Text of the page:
Once these programs are adopted by major commercial manufacturers, they can be concluded to essentially be adopted industry-wide. This adoption is likely to pay off in coming years, with most quality initiatives cited involving efforts to avoid bioprocessing and product quality problems (rather than dealing with them after-the-fact). In this respect, the industry adoption of various quality initiatives shows both its maturity and the result of continued efforts to hold down costs and increase productivity.

This year, we queried respondents regarding the most significant hurdles in implementing PAT, finding that for the most part, more are seeing challenges than last year.

As in prior years, the key factor continues to be, “Time required to implement,” cited by 76.5% of respondents this year as a chief barrier, up from 71.7% last year, but relatively flat from 76.1% in 2011 and 76.4% in 2010. This year, worries over cost appear to have rebounded slightly, reaching 58.3% of respondents. Budget concerns have hovered in the ~55-58% range for a few years now, after a peak of 76.2% in 2009. This suggests that budget concerns persist, but take a backseat to more pressing issues such as time constraints.

Aside from time and cost, staff constraints continue to be a major issue. This year, slightly more than two-thirds of our respondents indicated that “insufficient people in-house to manage implementation” detracted from their implementation of PAT. That’s up from last year. It appears to be widely recognized that implementation of PAT often requires one or more PAT-dedicated professional staff and/or specialized analytical and statistical skills.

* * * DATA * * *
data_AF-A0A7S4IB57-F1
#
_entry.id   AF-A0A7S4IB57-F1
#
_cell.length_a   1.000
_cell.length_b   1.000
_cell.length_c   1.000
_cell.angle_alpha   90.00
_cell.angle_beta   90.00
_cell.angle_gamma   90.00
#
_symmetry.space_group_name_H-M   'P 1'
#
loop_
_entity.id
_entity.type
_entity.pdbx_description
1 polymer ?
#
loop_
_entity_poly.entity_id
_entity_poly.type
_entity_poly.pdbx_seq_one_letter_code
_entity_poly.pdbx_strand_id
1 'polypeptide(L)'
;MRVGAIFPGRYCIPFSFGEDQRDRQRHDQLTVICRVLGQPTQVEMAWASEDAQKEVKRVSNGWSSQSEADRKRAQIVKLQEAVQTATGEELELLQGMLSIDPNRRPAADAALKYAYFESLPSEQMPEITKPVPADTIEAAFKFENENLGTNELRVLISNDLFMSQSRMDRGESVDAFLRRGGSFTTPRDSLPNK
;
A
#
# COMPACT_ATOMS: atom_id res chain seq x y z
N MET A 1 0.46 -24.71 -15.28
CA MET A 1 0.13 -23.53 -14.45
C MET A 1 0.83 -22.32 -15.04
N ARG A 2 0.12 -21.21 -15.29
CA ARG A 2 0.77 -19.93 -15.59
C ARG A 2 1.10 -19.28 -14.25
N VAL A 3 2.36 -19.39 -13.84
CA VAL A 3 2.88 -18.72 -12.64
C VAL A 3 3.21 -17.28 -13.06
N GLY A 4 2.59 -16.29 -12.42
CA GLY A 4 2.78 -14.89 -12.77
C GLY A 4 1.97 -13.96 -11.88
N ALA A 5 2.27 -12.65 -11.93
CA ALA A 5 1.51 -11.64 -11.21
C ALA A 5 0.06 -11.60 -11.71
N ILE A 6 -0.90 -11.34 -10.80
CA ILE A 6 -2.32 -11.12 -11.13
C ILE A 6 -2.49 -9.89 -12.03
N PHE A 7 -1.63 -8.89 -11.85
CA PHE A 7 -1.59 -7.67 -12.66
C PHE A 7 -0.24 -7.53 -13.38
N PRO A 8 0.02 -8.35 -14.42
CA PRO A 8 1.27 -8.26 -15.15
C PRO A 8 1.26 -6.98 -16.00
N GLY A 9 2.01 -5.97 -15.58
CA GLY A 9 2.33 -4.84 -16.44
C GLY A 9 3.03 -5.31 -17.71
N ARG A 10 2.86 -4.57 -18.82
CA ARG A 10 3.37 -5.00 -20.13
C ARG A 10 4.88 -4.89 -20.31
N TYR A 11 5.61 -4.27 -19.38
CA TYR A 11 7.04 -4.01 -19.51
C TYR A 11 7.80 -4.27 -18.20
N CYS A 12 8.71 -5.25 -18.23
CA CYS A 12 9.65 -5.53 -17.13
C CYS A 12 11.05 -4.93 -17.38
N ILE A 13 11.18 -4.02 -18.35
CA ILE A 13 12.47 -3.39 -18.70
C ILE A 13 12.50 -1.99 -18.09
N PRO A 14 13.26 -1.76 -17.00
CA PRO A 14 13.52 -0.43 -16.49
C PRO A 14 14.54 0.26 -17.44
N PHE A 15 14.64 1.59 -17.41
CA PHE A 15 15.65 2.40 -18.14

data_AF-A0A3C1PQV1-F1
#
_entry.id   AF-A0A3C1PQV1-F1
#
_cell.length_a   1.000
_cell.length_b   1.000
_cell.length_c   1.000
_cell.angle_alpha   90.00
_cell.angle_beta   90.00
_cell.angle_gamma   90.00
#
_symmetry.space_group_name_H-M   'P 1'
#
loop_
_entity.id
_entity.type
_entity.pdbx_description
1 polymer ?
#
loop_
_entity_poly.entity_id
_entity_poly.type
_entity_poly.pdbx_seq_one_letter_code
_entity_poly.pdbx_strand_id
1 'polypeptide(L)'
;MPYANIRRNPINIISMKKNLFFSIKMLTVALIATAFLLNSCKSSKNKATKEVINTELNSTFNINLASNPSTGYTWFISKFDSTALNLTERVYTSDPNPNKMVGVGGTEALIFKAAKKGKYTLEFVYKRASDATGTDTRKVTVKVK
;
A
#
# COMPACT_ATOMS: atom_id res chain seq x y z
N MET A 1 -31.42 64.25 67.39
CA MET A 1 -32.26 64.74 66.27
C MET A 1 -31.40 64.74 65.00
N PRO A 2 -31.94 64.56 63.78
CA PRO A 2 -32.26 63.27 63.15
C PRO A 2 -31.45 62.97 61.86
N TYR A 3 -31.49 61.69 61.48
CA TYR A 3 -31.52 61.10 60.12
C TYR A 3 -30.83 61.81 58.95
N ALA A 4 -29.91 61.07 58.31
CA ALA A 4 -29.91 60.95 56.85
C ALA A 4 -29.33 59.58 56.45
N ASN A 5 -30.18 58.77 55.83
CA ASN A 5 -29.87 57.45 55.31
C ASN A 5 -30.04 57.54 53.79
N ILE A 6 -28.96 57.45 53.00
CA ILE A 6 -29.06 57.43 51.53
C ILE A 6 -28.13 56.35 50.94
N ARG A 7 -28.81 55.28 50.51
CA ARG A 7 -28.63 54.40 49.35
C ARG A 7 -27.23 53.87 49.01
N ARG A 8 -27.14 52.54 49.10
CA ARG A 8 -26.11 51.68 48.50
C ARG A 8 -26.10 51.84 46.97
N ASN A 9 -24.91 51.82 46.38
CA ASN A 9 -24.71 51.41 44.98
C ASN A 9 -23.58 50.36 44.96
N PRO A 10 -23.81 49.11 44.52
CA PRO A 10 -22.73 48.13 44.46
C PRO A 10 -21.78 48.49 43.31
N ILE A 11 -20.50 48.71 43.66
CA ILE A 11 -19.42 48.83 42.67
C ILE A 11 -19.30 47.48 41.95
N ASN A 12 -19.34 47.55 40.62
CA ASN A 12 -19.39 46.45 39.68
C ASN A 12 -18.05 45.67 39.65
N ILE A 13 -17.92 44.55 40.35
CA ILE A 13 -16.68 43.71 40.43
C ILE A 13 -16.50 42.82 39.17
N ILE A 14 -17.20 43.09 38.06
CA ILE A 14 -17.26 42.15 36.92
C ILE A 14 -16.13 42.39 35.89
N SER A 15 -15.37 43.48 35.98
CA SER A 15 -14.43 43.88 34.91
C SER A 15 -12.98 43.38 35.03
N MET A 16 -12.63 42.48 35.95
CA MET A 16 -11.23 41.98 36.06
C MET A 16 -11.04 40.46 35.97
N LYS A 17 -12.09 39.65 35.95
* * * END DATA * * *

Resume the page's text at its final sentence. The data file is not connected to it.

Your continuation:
There appears to be a slightly diminished concern about how regulators will deal with the information generated by PAT this year, down again this year, to fewer than half of respondents. But while respondents are less concerned with how regulators will deal with this information, they’re seeing more risk this year of regulatory issues due to small infractions or excursions as a result of implementing PAT.

As our study data demonstrates, the industry’s primary perceived difficulties in implementing PAT involve allocating the time and staff to perform this task. But there may be other factors in play as well: Lack of understanding, familiarity and associated fear may also be holding back industry-wide adoption of PAT. Among PAT’s primary goals are spotting and defining actual and potential bioprocessing problems, including those mined from bioprocessing data throughout a product’s history, not just during its process development and scale-up. This can include finding real or perceived problems where none had been known before and/or finding problems that would otherwise likely never be identified and defined, potentially with bioprocesses that otherwise had no identified problem aspects, including producing fully approvable products.